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N3B gives cleanup update

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By Tris DeRoma

The chief scientist of water programs at N3B, the contractor in charge of cleaning up decades-old contamination sites at the Los Alamos National Laboratory, said significant progress is being made in cleaning up a chromium plume at Mortandad Canyon.

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N3B Scientist Danny Katzman made his remarks at a Voices of Los Alamos meeting at the Unitarian Church of Los Alamos earlier this month.

While a permanent solution to cleaning the plume is a few years off, according to the project’s official timeline, Katzman said they’re starting work this year on stopping the plume from expanding past the lab’s boundary with San Ildefonso Pueblo,  and also into Los Alamos County’s drinking water well field.  

According to Katzman, one of the ways they hope to accomplish that is by converting one of six injection wells they have along the plume’s boundary into an extraction well. Katzman said computer modeling showed them the new extraction well would help reduce the footprint of the plume over time, and keep the chromium from migrating into a nearby county drinking water well.

“If it works the way we modeled it, it will do its work to tighten up the footprint of the plume, keep it away from very important boundaries and water supply wells while we figure out what we’re going to do to clean it up,” Katzman said.

The chromium deposit was formed when a nearby power plant drained cooling water from its towers into the canyon from 1956 to 1972. The chromium, known as chromium 6, was used as a pipe corrosion inhibitor. It is harmful to humans.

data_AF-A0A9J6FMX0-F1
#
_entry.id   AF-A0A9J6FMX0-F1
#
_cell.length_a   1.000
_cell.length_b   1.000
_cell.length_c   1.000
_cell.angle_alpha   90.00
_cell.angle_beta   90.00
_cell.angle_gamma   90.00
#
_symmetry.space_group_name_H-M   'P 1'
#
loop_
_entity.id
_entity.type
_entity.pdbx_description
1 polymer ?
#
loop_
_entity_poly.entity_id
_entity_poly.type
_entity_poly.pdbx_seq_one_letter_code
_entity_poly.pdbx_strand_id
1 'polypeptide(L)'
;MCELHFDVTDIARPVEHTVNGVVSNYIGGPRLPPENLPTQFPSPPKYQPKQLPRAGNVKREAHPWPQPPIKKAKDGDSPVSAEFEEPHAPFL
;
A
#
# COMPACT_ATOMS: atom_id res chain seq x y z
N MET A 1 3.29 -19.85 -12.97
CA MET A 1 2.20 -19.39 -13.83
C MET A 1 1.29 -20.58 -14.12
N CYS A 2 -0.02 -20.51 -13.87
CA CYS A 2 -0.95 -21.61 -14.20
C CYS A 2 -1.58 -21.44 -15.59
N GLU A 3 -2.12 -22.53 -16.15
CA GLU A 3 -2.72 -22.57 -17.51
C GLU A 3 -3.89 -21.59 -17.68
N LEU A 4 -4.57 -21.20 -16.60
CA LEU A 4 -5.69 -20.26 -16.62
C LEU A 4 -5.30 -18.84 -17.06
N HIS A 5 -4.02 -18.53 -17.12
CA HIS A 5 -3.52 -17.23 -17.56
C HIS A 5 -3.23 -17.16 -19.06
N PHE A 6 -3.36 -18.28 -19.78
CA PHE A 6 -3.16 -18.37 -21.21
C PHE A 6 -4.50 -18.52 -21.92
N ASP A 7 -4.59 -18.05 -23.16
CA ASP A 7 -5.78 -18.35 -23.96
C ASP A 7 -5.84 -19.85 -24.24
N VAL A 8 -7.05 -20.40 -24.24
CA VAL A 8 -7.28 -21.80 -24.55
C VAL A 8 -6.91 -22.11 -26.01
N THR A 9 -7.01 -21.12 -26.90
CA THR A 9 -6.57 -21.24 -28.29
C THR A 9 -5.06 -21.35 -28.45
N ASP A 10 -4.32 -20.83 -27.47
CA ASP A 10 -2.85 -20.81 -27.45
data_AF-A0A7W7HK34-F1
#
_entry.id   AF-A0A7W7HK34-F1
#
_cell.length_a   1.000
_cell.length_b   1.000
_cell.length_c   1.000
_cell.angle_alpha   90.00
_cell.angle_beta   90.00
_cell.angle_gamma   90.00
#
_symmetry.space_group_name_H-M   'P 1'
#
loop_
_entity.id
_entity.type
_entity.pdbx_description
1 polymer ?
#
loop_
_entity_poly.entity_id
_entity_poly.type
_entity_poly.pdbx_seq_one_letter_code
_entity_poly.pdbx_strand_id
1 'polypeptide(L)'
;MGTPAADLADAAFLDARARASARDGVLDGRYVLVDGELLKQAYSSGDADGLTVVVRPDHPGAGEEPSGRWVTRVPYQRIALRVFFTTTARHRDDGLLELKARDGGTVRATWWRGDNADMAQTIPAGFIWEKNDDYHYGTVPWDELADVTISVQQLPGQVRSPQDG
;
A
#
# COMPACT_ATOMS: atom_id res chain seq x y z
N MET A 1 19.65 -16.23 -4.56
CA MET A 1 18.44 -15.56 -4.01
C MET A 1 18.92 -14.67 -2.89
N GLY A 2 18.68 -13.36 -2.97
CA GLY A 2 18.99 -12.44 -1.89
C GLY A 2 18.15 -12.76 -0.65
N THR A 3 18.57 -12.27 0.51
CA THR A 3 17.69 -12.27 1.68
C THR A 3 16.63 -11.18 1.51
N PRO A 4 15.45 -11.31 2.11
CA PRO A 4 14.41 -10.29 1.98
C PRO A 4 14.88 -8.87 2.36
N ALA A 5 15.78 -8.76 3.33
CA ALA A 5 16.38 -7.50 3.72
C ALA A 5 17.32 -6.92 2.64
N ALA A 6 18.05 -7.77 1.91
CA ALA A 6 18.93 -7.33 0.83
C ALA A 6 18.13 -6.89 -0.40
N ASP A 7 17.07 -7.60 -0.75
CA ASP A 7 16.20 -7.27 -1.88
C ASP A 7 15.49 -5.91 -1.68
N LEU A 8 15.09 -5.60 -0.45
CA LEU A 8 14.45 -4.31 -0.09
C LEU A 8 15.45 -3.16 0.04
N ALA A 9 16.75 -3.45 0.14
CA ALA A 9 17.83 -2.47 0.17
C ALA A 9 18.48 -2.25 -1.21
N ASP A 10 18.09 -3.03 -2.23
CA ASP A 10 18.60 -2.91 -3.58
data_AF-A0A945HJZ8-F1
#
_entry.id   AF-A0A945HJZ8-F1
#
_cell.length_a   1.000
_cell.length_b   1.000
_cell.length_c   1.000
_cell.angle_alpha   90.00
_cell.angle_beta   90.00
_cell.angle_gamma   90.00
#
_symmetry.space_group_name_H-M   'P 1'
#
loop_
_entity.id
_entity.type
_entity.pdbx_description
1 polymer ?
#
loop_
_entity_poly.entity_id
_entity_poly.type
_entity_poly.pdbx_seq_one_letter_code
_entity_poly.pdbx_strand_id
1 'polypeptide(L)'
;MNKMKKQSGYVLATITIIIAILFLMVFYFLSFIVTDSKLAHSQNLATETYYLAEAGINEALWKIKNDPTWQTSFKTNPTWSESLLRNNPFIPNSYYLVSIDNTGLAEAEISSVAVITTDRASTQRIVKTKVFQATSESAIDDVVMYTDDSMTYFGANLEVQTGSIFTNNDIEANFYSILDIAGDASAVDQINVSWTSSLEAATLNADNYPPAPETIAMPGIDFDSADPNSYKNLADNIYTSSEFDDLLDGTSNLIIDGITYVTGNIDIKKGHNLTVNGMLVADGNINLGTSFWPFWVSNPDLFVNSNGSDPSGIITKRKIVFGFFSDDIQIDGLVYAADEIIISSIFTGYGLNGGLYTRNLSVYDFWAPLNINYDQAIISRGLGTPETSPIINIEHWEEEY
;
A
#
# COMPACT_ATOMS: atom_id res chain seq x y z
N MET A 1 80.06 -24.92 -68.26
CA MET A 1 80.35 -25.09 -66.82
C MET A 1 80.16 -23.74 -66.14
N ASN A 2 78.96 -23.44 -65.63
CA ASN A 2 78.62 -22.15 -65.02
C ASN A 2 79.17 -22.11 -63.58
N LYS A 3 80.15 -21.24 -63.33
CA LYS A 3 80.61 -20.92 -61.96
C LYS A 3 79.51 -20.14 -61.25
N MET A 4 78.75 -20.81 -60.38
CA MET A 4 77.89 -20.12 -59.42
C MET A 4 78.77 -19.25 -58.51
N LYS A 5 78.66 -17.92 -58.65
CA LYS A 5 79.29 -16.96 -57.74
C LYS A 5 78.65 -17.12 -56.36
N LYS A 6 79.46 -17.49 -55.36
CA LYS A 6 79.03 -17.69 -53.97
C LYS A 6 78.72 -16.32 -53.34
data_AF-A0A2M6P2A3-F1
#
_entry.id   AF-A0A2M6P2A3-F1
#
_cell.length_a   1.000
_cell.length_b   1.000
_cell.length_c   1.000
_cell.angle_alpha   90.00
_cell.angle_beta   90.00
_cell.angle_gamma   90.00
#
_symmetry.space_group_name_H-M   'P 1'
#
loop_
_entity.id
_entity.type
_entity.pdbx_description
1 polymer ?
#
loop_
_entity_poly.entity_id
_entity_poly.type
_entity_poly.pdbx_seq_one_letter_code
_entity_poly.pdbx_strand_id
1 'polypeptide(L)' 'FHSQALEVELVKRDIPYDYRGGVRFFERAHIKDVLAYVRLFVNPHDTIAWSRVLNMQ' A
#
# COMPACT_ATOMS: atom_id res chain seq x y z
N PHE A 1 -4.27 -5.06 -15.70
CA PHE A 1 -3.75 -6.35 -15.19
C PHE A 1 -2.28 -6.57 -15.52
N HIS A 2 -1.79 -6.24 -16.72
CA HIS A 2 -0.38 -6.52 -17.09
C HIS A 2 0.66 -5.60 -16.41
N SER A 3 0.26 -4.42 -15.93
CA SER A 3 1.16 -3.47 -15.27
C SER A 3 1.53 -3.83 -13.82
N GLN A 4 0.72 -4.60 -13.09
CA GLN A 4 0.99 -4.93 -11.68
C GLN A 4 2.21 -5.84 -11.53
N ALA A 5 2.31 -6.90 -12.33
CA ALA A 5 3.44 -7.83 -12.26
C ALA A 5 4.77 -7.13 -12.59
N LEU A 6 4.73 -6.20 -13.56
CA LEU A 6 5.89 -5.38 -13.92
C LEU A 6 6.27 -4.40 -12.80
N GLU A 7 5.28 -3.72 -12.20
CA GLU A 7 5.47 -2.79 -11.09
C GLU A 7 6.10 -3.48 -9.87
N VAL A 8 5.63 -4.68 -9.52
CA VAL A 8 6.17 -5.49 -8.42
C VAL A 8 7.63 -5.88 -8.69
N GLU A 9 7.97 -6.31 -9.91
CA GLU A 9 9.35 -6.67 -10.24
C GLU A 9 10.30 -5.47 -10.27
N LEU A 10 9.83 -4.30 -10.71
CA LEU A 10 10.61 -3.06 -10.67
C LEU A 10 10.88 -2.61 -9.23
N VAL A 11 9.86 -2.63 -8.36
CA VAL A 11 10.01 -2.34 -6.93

The plume, which is about 1 mile long, half a mile wide and 50-feet deep, sits over a layer of rock over a regional aquifer the county draws drinking water from.

Ever since the discovery of the plume in 2005, county, state and federal agencies have been monitoring the chromium levels in the drinking water every year.

Katzman said they’ve seen significant progress in reducing the actual amount of chromium in the plume.

“In just six or seven months of pumping, we’ve seen dramatic decreases in concentrations of chromium…sample injection wells four and five, they are essentially absent of chromium other than naturally occurring chromium concentrations,” Katzman said.

Alejandra Wernicky, who was in attendance at the meeting, said she was very pleased with the new developments.

“I think we have good information about the measures they are taking to prevent the chromium from expanding and reaching the boundaries of the county’s water supply and the pueblo. It was very interesting,” Wernicky said.

Jean Steward, who also attended the meeting, said it was impressive that N3B was going to finally be able to move the plume away from sensitive areas.

“You know what they say, Mother Nature speaks first and last, and we’re actually having an impact. To actually have some control over that is exciting,” Steward said.

Katzman also talked about the RDX contamination at Tech Area 16, left over from a site where high explosives were manufactured.  

The DOE EM Department in Los Alamos has worked since 2015 on a plan for cleaning up a decades-old, concentration of RDX, a chemical used by the Los Alamos National Laboratory in the manufacturing high explosives.

The plume was discovered on the property in the early 2000s.

The plume of RDX is located under Tech Area 16, located in the southwestern corner of the lab.

Amounts of RDX have reached the regional aquifer, but has not entered the county’s water supply.  

The closest county drinking water well field is approximately three miles away. According to Katzman, N3B is in the latter stages of determining the extent of the spill and the amount that’s in the aquifer.

N3B plans on submitting a report of its findings this August to the New Mexico Environment Department.

The department then will determine what actions to take.

Earlier this year, monitoring at Well R-68 showed RDX levels between 15 and 20 parts of chromium per billion. The accepted the New Mexico Tapwater Screening Level is 7.2 parts per billion. N3B is still waiting on results from a well it just drilled, called Well R-69.